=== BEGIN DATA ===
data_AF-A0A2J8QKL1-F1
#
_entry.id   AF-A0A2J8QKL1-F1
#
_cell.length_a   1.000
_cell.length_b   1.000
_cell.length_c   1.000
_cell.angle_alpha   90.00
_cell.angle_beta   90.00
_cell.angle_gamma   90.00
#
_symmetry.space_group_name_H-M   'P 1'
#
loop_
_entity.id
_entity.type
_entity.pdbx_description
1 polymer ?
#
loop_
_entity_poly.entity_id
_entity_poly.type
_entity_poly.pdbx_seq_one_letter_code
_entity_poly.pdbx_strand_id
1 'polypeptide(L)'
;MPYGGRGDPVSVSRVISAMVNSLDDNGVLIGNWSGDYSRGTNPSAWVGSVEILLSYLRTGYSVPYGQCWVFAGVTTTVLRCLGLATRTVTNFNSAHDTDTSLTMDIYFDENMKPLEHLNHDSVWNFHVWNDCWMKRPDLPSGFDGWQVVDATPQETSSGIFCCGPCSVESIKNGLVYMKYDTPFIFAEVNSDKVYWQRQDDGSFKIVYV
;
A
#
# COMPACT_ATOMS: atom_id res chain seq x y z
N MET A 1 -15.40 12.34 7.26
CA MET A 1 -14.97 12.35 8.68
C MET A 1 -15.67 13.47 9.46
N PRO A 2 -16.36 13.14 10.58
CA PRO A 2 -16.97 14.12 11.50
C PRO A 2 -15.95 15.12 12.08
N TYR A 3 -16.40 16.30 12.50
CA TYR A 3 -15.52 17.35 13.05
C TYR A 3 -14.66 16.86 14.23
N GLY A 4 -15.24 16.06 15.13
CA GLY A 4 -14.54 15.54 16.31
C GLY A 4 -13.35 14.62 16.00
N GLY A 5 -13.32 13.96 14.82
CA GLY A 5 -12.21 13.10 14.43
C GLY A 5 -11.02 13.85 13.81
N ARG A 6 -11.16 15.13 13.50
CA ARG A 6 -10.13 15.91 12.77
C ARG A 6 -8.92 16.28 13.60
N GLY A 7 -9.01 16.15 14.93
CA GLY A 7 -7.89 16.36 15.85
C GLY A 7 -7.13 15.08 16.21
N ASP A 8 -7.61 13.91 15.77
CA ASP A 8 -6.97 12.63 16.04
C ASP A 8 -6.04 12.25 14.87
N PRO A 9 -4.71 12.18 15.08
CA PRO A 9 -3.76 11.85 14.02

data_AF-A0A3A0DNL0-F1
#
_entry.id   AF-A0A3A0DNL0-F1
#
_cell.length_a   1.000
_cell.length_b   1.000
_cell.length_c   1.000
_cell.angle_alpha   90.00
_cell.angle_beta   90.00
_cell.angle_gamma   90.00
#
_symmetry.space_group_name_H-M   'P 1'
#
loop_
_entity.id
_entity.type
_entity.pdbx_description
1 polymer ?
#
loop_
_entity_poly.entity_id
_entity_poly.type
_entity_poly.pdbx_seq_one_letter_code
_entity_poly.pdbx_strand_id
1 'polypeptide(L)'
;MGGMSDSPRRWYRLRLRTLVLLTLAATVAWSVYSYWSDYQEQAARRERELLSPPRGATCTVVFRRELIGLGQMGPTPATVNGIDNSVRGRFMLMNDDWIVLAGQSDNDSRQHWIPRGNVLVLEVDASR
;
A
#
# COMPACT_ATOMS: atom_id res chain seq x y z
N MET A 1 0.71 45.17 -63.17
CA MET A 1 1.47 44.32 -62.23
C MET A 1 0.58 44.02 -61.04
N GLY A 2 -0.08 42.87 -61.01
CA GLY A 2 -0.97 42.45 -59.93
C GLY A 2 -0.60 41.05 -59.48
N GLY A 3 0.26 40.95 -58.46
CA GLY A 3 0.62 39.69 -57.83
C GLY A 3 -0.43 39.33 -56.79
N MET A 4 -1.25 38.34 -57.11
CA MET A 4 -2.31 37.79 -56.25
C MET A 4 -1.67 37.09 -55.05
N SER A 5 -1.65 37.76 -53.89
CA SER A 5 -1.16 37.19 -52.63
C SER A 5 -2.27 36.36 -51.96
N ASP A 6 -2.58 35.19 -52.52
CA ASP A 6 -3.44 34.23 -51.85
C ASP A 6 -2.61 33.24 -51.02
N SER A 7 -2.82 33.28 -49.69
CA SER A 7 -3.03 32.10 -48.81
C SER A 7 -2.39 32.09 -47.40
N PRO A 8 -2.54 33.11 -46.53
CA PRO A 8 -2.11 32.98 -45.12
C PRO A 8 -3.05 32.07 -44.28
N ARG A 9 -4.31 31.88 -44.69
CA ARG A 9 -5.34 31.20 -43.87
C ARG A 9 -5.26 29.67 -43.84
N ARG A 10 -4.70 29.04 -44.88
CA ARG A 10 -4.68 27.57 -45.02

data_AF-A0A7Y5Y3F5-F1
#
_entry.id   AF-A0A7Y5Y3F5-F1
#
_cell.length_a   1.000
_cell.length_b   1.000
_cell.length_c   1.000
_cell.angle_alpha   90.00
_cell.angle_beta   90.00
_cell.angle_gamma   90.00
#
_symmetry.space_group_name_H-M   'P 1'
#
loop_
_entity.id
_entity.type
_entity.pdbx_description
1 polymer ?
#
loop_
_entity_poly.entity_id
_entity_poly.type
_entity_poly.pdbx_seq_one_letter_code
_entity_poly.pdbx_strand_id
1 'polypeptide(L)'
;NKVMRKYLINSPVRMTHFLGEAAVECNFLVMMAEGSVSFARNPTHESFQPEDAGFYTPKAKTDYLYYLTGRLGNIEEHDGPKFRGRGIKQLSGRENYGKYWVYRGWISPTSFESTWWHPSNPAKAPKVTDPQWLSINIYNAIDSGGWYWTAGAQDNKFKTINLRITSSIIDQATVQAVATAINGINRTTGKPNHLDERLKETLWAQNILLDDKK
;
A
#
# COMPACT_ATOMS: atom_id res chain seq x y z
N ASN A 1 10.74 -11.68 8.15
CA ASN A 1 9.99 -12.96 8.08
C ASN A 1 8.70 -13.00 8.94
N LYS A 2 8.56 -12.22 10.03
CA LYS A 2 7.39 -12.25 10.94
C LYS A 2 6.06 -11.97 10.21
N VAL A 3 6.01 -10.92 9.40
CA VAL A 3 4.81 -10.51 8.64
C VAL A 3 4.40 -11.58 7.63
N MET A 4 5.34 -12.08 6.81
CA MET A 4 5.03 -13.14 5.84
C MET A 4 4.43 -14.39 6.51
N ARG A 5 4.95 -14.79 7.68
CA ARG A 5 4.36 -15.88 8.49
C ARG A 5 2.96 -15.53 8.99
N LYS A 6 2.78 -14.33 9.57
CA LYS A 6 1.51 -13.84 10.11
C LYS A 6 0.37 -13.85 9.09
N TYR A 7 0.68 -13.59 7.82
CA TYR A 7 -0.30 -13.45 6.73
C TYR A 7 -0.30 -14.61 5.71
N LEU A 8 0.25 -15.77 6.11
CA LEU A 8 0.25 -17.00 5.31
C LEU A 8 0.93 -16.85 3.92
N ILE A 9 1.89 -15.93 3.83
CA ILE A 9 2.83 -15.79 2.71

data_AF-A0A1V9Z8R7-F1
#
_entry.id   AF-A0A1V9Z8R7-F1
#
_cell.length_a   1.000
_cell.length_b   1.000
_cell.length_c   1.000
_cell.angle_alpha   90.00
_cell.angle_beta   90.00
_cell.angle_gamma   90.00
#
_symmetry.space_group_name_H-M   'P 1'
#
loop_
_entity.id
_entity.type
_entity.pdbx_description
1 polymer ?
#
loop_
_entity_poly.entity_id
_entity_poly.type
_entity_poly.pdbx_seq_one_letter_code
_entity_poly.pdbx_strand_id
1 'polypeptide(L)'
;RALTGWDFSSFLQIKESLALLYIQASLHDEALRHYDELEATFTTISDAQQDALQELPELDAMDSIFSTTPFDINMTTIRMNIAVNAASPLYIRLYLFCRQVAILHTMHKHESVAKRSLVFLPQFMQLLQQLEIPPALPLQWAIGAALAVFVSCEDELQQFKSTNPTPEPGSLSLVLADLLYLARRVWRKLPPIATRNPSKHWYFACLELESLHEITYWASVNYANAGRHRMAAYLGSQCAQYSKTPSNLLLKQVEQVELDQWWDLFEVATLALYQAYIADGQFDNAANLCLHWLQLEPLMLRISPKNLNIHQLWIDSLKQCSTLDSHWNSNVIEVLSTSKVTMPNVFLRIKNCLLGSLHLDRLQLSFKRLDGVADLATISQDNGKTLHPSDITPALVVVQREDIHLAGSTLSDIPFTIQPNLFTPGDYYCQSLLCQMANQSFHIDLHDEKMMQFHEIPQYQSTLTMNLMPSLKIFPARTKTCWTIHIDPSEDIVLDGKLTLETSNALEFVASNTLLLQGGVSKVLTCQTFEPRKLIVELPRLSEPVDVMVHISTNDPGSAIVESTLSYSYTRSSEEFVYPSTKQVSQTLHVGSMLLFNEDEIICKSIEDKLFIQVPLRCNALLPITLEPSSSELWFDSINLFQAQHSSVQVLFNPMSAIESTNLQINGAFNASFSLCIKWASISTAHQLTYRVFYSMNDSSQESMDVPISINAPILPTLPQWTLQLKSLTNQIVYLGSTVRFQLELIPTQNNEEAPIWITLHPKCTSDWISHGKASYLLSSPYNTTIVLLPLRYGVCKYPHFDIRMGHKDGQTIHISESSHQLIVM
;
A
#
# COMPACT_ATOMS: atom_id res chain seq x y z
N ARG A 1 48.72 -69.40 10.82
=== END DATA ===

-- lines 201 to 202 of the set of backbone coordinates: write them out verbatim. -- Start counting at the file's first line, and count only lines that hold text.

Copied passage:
# COMPACT_ATOMS: atom_id res chain seq x y z
N ARG A 1 48.72 -69.40 10.82